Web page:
There’s another Appearance option here that changes the buttons, menus, and windows of all apps to a more monochrome option called Graphite. Blue and graphite are the only options so if you like a very dull look without those colourful close, minimise and zoom buttons in the window bars, this is for you.

5. Add Dock Magnification, Hide It, and Change Its Position

Changing the characteristics of the dock
Changing the characteristics of the dock on your Mac.

Out of the box, the Mac’s dock does not jump out at you like you may have seen on other Macs. That’s because magnification isn’t enabled.

To enable it, click Apple symbol, , at the top left of the menu bar, select Dock, and click Turn Magnification On

Magnified icons on the dock
Magnified Mac icons on the dock

This menu also gives you the option to hide the dock, which is useful to maximise screen space, especially on smaller laptop screens. When hidden, you can show the dock by moving the cursor to the part of the screen in which it resides.

You can change the location of the dock and place it on the left or right side of the screen. The appearance of the dock will also change if you move it to the sides; it becomes more two-dimensional and reminiscent of OS X 10.4 Tiger.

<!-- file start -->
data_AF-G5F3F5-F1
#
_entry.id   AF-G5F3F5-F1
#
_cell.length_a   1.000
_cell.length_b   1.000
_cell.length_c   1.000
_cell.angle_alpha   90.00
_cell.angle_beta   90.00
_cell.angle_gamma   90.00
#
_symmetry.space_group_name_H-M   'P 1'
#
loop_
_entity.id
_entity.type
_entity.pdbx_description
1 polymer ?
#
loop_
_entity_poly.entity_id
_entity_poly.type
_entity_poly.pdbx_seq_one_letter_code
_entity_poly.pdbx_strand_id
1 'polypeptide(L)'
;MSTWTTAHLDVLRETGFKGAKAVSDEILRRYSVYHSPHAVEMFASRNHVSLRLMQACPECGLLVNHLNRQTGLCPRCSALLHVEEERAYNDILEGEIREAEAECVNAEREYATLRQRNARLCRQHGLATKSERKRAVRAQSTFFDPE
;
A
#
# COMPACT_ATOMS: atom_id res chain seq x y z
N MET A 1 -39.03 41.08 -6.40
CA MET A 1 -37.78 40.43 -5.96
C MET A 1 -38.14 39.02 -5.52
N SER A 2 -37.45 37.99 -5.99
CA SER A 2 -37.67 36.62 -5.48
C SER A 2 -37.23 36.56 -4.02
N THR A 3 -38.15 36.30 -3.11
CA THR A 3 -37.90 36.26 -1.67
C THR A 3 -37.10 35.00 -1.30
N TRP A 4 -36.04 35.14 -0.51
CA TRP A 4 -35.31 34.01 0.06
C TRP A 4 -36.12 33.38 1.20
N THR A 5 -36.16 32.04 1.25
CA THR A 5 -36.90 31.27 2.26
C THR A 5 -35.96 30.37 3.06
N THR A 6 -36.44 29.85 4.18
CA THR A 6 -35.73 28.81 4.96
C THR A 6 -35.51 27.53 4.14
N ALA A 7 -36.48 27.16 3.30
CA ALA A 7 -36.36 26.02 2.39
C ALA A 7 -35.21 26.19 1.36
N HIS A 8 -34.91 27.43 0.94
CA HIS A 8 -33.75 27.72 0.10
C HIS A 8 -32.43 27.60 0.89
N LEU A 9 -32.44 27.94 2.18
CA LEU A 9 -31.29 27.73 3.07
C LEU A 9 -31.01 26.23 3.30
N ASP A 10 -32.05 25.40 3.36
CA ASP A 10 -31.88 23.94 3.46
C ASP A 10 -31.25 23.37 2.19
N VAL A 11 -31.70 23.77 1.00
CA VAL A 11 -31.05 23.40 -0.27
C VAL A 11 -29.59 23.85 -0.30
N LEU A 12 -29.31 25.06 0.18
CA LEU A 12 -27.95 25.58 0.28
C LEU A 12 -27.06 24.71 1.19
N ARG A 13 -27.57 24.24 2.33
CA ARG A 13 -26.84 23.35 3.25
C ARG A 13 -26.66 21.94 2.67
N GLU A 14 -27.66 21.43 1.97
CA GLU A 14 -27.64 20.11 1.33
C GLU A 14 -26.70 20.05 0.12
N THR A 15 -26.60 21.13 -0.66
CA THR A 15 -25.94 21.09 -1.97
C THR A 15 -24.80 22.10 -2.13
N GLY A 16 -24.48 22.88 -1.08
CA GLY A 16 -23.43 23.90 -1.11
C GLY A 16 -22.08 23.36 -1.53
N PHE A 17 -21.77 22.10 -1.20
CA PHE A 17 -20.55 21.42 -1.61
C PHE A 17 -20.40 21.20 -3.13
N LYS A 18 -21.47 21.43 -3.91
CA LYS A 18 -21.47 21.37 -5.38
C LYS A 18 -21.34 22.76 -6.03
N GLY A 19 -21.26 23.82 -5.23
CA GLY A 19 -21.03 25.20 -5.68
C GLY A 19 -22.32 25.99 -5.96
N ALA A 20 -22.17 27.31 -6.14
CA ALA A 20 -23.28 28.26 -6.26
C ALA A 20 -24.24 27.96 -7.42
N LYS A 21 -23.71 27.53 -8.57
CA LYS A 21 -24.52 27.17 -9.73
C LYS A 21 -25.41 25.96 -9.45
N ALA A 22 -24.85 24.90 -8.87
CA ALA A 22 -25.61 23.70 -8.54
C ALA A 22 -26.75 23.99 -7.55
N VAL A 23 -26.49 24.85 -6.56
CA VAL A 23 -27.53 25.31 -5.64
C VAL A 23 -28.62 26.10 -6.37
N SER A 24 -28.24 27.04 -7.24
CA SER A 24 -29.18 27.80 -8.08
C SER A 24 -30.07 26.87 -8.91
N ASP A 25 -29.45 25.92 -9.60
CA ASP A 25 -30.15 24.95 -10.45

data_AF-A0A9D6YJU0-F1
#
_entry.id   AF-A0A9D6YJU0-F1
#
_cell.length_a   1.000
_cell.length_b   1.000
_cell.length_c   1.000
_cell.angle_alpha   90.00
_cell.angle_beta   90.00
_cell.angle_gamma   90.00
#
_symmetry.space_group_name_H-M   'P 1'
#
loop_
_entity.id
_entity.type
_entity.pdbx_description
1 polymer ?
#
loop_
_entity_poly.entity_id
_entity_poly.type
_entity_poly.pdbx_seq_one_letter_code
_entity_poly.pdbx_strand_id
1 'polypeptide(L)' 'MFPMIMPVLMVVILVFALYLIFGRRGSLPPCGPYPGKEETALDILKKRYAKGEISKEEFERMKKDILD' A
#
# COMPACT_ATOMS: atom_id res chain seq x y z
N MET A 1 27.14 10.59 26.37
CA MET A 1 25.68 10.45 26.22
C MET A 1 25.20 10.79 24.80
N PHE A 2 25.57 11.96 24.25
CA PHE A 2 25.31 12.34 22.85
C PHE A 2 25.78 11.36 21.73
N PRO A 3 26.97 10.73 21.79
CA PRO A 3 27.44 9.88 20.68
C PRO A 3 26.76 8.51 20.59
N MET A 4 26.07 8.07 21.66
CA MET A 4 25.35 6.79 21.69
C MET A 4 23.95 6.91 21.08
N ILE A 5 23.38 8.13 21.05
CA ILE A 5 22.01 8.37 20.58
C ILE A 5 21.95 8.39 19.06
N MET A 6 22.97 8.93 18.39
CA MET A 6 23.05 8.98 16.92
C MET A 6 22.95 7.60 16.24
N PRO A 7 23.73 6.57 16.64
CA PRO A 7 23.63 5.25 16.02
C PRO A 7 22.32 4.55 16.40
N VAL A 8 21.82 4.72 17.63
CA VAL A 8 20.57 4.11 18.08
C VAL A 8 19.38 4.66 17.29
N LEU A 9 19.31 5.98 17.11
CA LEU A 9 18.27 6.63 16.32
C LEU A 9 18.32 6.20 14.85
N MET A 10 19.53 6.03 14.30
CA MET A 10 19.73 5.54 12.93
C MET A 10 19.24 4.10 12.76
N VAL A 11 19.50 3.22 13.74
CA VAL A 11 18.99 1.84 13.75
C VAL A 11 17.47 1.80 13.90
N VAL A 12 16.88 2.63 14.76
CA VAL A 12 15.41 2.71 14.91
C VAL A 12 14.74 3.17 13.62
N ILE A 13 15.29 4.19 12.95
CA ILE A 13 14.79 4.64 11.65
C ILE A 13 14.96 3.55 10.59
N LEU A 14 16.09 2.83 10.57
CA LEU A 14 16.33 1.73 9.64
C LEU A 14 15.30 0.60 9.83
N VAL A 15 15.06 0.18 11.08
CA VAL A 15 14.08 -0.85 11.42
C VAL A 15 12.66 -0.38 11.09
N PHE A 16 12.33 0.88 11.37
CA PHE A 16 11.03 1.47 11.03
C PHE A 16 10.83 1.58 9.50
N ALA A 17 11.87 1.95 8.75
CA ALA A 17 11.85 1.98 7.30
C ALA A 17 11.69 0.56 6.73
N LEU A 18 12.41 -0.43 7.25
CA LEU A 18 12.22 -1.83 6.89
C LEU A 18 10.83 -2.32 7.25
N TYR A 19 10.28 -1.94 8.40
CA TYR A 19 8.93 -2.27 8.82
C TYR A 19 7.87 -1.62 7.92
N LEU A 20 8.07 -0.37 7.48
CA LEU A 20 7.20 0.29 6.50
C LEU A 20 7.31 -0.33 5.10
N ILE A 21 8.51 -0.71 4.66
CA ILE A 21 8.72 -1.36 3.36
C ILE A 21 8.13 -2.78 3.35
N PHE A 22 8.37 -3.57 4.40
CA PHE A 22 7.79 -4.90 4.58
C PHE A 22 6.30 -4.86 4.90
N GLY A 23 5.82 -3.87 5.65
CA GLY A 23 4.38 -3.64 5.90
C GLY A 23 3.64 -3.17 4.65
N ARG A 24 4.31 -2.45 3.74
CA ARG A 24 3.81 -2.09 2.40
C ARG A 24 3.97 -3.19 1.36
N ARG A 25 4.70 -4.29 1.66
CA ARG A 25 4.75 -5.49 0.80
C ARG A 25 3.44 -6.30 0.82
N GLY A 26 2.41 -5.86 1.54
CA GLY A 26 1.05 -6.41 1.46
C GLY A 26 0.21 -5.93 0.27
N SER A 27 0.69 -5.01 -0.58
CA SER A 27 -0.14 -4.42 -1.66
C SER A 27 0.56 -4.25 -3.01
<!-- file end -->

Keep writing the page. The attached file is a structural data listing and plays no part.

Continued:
How to Customise The Menu Bar on Your Mac

Most people don’t use the menu bar to its full advantage. Some apps use it for extra information, but there are some other really creative things you can do with the information there. Let's look at some cool ways to customize your Mac's Menu Bar.

6. Add Seconds and a Date to the Time

Changing the way the time is displayed in the menu bar
Changing the way the time is displayed in the Mac menu bar.

It is possible to display more than just the time on the menu bar. Click the current time and select Open Date & Time Preferences to expand things. In the main tab you will find a place to set the Date & Time

If that’s correct, skip to the Clock tab. Change the time from Digital to Analog, Display the time with seconds, Flash the time separators, Use a 24-hour clock, show or hide the AM/PM indicators, Show the day of the week, Show date on the menu bar and Announce the time on intervals of quarter, half and full hour.